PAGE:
WKNC-FM (88.1 FM), North Carolina State University's student-run, non-commercial radio station is a college radio station broadcasting from Raleigh, North Carolina in the United States. Broadcasting with an effective radiated power of 25,000 watts, its signal covers much of the Research Triangle and outlying areas. The station is operated as part of the Department of Student Media at N.C. State and students hold all roles from DJ to general manager. The primary weekday format is indie rock, with specialty shows and other music genres featured during the evenings and weekends.
|City||Raleigh, North Carolina|
|Broadcast area||Raleigh-Durham, North Carolina|
|Frequency||88.1 (MHz) (HD Radio)|
|First air date||October 9, 1966|
|HAAT||79 meters (259 ft)|
|Owner||North Carolina State University|
WKNC's programming is divided into four main formats: Daytime Rock (primarily indie rock), Afterhours (electronic/techno music), Underground (hip-hop), and Chainsaw Rock (heavy metal). The "Local Lunch" airs weekdays from 12pm to 1pm, during which only North Carolina artists are played.
WKNC airs many specialty shows including Mystery Roach (progressive, fusion, psychedelic, garage, and noise from the 1960s and 1970s) and Geet Bazaar (South Asian music from India, Pakistan, Bangladesh, and others). Other current specialty music genres include soul and R&B, A cappella, classic country and western swing, punk rock, post-rock, emo, jazz and Americana. Previous specialty programs have featured classical music, ska, grunge, dance, funk, blues, K-pop, jam band and beach music.
WKNC produces a weekly public affairs show called "Eye on the Triangle," which focuses on current events and culture in the Research Triangle. The station also broadcasts all NC State Wolfpack women's basketball games, NC State hockey road games and men's baseball games from the Wolfpack Sports Network.
Each year since 2004, WKNC also holds a benefit concert named the Double Barrel Benefit. The two-night concert series bring in North Carolina based bands in order to raise additional funds for the station.
- August 31, 1922 – WLAC-AM at North Carolina State College became the first radio station in eastern North Carolina and the third to be licensed in the entire state.
- October 16, 1922 – WLAC's first broadcast featured guest speaker Josephus Daniels, former secretary of the U.S. Navy and owner of the Raleigh News & Observer. Daniels made the ironic prediction: "Nobody now fears that a Japanese fleet could deal an unexpected blow on our Pacific possessions...Radio makes surprises impossible."
- October 29, 1923 – No application for renewal was filed and WLAC was deleted from the FCC records.
- 1944 – A group of engineering students establish WOLF (the mascot of NCSU is the Wolfpack) as a carrier current station for on-campus listeners.
- 1945 – The station's call letters were changed to WNCS (W-North Carolina State) and the station was recognized by the Student Publications Authority. With university support, a permanent home for the station was established on campus.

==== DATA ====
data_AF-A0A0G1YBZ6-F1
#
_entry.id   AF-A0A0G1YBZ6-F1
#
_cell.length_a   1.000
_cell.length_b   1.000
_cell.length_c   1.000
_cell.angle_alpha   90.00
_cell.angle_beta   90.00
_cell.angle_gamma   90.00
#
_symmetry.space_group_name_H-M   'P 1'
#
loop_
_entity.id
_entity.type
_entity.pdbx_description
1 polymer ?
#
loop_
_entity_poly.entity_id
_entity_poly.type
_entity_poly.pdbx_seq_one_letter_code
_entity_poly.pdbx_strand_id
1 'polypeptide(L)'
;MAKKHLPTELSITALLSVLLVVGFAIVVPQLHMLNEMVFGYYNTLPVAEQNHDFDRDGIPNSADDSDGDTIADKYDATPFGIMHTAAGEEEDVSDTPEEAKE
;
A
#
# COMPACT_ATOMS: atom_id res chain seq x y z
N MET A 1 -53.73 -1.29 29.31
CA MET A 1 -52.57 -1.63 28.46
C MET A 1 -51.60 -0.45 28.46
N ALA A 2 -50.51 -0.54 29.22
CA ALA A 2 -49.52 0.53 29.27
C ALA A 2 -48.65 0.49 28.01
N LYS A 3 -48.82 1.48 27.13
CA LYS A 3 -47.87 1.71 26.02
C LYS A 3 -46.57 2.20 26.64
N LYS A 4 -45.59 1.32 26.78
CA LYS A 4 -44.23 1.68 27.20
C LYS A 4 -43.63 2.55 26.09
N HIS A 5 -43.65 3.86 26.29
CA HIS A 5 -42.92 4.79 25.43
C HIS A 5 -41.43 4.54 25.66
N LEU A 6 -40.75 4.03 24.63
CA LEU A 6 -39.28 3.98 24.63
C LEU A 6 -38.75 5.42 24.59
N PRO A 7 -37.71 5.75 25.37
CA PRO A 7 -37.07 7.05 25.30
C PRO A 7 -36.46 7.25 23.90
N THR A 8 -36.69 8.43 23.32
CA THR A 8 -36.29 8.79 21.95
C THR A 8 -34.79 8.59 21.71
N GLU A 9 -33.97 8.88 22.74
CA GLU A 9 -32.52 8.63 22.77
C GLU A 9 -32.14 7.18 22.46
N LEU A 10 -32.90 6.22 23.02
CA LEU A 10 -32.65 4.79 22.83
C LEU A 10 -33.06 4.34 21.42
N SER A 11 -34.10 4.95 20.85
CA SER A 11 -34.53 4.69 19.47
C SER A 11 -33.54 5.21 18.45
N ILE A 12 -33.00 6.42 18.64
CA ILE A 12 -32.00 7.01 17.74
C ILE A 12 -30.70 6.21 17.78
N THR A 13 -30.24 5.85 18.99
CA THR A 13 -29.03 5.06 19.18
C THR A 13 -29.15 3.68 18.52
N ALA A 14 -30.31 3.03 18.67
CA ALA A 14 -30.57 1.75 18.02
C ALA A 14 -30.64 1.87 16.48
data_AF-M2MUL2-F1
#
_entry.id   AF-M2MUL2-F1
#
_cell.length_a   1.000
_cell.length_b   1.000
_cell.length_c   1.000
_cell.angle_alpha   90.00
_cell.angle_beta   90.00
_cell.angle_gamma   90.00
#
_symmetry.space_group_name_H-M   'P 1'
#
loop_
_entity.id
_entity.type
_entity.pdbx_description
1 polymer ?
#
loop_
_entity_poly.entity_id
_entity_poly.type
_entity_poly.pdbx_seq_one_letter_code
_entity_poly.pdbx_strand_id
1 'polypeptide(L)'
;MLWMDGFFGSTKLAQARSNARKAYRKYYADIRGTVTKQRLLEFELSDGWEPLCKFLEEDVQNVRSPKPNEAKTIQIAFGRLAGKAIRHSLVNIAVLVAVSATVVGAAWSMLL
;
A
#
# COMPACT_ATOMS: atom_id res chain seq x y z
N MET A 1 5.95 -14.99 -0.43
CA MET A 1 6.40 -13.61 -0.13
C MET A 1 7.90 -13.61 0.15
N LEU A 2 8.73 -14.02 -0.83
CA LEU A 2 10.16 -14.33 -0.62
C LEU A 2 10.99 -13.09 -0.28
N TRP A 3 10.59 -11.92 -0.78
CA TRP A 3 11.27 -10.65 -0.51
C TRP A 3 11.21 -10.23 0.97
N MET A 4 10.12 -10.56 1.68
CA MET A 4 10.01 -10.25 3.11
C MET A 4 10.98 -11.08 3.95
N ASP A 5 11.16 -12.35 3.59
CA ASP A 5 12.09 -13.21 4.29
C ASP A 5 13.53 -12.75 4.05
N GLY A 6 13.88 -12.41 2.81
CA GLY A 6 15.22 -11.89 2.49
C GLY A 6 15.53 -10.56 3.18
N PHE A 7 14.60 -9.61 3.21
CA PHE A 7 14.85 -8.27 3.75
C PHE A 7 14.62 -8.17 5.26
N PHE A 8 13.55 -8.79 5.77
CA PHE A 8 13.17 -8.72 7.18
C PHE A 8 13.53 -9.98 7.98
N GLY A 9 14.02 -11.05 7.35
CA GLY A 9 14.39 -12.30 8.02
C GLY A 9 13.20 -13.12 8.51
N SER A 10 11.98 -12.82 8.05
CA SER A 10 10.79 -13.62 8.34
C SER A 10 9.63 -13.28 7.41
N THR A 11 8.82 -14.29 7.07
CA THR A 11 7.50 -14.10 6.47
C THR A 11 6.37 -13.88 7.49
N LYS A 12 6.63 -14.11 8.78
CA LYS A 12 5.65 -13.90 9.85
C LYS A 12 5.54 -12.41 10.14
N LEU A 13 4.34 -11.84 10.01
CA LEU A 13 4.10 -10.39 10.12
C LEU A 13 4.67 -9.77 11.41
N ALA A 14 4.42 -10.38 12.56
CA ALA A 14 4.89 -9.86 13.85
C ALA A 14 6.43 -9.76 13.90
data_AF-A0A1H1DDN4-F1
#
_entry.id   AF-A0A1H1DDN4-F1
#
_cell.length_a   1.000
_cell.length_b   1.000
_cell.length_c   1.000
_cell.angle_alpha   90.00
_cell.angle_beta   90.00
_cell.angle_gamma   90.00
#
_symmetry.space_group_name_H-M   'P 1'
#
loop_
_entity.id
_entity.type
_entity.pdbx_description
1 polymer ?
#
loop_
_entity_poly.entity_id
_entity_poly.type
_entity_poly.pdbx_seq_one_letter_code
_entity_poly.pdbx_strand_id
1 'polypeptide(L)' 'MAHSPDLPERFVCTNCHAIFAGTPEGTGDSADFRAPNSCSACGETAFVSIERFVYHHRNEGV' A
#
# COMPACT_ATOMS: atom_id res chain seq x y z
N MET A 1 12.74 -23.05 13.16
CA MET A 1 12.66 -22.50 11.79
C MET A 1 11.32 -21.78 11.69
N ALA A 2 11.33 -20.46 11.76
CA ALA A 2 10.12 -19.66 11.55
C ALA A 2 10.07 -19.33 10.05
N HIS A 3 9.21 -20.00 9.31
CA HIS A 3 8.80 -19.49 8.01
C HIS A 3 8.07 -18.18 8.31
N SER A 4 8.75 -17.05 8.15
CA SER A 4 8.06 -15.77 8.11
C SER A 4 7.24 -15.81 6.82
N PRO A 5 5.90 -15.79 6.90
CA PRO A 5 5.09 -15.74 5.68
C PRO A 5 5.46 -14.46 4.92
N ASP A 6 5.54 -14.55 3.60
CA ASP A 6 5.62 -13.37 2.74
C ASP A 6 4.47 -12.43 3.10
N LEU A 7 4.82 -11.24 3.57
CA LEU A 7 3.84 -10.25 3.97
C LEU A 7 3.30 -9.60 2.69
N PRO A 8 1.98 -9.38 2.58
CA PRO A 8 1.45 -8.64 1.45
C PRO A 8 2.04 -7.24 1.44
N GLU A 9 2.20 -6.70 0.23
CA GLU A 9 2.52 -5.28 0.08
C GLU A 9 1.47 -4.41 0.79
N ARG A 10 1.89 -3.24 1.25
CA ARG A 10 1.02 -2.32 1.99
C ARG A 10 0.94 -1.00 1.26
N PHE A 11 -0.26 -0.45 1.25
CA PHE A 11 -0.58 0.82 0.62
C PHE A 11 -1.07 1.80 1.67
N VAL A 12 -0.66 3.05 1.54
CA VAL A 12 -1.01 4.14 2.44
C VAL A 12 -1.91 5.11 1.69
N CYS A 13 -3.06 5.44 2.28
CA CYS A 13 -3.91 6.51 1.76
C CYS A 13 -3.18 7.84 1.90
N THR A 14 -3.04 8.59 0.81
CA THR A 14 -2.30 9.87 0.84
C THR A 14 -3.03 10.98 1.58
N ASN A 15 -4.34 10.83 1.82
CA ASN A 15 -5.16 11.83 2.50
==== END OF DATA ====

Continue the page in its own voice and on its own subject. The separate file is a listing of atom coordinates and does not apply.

- 1947 – The call letters were changed again to WVWP (W-Voice of the Wolf Pack) as the station experimented with broadcasting sporting events.
- 1948 – The station broadcast all home basketball games.
- April 1952 – The FCC shut the station down for over-radiation of its signal. The station resumed operations in September 1952.
- 1958 – A final call letter change from WVWP to WKNC 580 AM. Call letters came after a big victory over UNC: "We Killed North Carolina."
- October 9, 1966 – WKNC 580 AM became WKNC 88.1 FM. The 10 watt transmitter expanded the coverage area from on-campus residence halls to much of the surrounding city. WKNC aired a mix of folk, jazz, and classical music at the time.
- 1972 – The station moved into studios in the University Student Center, and a guyed 30 foot antenna tower was built atop the University's library.
- 1974 – Transmitter power increased to 1,000 watts. Format changed to a progressive rock style, but continued to feature top-40, jazz, and soul.
- early 1980s – The station known as Rock 88, moved into a hard rock/heavy metal format and gained praise as one of the top college stations in the nation.
- 1984 – Effective Radiated Power increased to 3,000 watts, expanding coverage to a 40-mile radius. An 80-foot self-supporting tower replaced the guyed mast.
- 1991 – WKNC moved into its current studios in the Student Center Annex (later named the Witherspoon Student Center).
- 1997 – WKNC began its webcast.
- late 1990s & early 2000s – The format changed from a hard rock format to a wider blend of music focusing on independent and non-top-40 artists.
- 2003 – Effective Radiated Power increased to 25,000 watts, making WKNC one of the most powerful college radio stations in America.
- 2011 – Pulse of the Pack sports-talk radio segment begins
- October 9, 2016 – Broadcasting begins in HD Radio to commemorate the station's 50th anniversary at 88.1 FM
- August 2018- Cliff Jenkins takes over as Indie Rock Music Sheriff
- May 3, 2019 WKNC Adds WKNC HD3 sister NC State online station WolfBytes Radio] Which broadcasts a Dance Music Format
- FM Query Results – Audio Division (FCC) USA
- Grayson Haver Currin (16 December 2015). "WKNC keeps Raleigh-and-Carrboro format for Double Barrel Benefit, adds hip-hop". Indy Week. Retrieved 20 February 2016.
- Official website
- Query the FCC's FM station database for WKNC
- Radio-Locator information on WKNC
- Query Nielsen Audio's FM station database for WKNC